Could you even exploit length extension with bittorrent? Given that it cuts files in chunks of the same size it sounds pretty hard to sneak extra bytes in there.

> hardware acceleration

Ah, that would explain a lot. (Not in this particular case, but why it seems to be the default choice in many settings).

> Could you even exploit length extension with bittorrent?

No Idea. I was just responding to a general point.

They're probably thinking something about which hashes will get hardware-accelerated instructions provided on x86 and ARM.

Yeah, I keep forgetting about Hardware acceleration…

Length extension attacks are a non-issue for torrents.

I'd love to see a p2p wikipedia and a p2p twitter alternative

Moving bittorrent away from it's present image could be achieved by making p2p useful beyond bluray rips

I liked how the old Opera included a bittorrent client. It was the only browser that did, and felt like it was actually the way it was meant to be used. But nobody got it. You had warez kiddies left and right complaining how it sucked compared to Azureus and later µTorrent which had bazillions of features to tweak and max out their connection, or saying it was useless because their favorite ALT did not whitelist Opera.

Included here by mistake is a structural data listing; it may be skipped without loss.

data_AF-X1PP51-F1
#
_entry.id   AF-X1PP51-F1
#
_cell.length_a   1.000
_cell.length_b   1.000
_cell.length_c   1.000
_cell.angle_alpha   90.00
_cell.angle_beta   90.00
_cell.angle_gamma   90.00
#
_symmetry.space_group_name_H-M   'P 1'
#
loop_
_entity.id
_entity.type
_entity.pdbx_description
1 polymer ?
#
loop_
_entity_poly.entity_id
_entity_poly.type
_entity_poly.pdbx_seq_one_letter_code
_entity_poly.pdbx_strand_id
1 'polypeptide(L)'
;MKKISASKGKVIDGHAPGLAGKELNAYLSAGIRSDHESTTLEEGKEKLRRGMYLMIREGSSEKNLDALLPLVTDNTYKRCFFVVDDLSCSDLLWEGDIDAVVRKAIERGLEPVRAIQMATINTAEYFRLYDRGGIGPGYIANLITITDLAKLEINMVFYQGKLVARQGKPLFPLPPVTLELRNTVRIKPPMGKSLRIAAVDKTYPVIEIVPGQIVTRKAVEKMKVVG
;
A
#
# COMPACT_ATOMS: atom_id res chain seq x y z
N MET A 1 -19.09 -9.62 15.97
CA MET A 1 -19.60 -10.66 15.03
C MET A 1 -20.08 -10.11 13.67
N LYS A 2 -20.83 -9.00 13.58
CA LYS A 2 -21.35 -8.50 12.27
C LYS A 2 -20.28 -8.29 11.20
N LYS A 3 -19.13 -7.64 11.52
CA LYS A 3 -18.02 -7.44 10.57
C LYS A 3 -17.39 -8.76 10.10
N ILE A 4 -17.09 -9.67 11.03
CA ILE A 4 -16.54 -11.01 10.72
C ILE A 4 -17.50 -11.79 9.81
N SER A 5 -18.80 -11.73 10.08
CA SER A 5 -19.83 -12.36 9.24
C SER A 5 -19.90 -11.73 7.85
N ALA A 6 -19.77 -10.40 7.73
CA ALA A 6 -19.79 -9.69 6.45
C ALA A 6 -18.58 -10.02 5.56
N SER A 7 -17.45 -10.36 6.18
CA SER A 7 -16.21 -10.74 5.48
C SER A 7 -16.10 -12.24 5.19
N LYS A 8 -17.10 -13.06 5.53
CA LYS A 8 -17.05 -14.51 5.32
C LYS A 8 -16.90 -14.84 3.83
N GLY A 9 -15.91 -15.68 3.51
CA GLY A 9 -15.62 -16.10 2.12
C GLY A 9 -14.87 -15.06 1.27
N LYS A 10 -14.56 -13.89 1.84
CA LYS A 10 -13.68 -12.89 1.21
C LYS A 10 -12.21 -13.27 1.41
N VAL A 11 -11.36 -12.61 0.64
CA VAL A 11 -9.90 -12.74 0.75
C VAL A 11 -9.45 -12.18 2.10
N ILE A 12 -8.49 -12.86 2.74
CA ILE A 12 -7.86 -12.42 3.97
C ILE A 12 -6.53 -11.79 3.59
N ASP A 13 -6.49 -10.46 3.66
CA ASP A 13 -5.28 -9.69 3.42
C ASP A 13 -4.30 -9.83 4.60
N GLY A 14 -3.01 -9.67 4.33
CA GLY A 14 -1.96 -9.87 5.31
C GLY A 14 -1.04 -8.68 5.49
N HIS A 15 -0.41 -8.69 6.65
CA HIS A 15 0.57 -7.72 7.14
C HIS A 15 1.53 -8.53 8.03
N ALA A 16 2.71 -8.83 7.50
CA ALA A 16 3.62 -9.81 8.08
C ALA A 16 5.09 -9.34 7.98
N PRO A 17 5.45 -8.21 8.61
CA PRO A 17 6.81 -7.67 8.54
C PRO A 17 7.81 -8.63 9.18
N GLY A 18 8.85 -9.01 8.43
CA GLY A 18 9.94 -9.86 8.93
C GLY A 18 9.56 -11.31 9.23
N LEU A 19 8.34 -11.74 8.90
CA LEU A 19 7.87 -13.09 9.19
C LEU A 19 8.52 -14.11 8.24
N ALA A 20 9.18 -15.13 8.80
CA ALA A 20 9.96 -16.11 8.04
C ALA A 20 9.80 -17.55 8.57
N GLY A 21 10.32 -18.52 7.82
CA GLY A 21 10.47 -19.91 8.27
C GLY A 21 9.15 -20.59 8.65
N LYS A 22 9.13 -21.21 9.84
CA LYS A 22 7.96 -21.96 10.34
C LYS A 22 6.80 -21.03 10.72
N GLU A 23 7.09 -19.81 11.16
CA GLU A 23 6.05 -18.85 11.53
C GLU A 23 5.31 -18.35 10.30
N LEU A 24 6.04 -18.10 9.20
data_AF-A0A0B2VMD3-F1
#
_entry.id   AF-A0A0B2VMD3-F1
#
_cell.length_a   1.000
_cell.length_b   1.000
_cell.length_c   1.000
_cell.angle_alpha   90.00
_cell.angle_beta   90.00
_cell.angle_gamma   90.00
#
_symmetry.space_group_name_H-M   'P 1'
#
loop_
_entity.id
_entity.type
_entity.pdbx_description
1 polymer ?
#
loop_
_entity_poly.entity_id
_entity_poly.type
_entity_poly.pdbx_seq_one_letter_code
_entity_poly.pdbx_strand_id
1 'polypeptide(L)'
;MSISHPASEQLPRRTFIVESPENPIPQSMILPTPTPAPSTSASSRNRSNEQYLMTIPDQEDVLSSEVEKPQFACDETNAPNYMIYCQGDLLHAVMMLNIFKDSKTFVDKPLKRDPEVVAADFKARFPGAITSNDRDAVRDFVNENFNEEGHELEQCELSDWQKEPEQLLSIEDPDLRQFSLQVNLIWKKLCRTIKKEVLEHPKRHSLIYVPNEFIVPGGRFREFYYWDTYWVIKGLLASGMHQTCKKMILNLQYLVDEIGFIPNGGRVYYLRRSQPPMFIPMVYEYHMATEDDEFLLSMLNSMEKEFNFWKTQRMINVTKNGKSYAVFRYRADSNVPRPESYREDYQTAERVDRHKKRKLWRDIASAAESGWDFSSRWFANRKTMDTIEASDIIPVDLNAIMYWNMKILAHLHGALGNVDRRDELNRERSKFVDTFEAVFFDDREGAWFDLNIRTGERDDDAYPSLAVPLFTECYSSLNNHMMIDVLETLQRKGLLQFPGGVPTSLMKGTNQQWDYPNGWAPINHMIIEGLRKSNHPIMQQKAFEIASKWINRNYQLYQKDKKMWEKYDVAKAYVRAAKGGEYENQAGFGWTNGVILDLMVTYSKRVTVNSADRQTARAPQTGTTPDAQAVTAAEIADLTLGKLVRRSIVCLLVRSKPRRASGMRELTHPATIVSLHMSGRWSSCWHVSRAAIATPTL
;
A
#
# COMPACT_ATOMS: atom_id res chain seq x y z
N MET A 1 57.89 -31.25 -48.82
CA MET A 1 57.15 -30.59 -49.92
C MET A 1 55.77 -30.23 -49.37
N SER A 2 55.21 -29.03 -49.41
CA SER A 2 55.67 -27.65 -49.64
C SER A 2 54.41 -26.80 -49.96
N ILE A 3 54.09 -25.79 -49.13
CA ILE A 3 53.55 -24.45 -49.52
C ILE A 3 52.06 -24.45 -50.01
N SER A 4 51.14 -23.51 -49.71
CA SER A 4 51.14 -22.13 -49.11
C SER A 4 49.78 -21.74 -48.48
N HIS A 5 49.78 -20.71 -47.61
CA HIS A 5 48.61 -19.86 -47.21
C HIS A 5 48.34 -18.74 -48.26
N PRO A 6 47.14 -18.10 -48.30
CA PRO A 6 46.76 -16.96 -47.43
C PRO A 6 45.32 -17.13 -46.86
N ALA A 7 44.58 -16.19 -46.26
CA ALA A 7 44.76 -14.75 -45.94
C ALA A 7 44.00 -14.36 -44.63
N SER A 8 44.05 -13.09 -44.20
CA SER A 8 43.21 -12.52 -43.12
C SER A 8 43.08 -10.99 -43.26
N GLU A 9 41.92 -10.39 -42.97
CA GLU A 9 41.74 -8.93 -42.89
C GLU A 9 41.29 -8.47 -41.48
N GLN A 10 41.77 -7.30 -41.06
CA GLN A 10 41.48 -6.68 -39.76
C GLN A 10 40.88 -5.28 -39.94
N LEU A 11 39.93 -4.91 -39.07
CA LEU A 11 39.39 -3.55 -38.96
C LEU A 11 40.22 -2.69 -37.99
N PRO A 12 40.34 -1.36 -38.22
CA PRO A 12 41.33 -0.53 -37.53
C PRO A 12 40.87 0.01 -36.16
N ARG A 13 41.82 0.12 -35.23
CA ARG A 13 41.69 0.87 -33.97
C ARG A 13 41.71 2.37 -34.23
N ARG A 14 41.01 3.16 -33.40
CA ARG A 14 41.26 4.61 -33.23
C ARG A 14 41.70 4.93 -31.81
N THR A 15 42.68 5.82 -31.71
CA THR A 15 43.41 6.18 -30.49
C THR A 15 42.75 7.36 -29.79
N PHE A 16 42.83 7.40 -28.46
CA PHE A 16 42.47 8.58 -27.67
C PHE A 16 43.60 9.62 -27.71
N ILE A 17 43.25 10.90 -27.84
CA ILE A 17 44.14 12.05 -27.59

But I just used it a lot when running bigger downloads like install discs for Linux distros, OpenOffice etc., and it made a difference when there was some major release and half of the plain old http mirrors were painfully slow or down entirely. Admittedly, that situation got a lot better compared to 10 years ago, but still I'm delighted by how natural it felt to use, since it seamlessly integrated with the browser's download manager. And you didn't have this "uh, I need to start an external program for this" kind of reluctant thought when you saw a website offered download via torrent. Today I just wonder if BT would have evolved differently if all browsers would have included a client.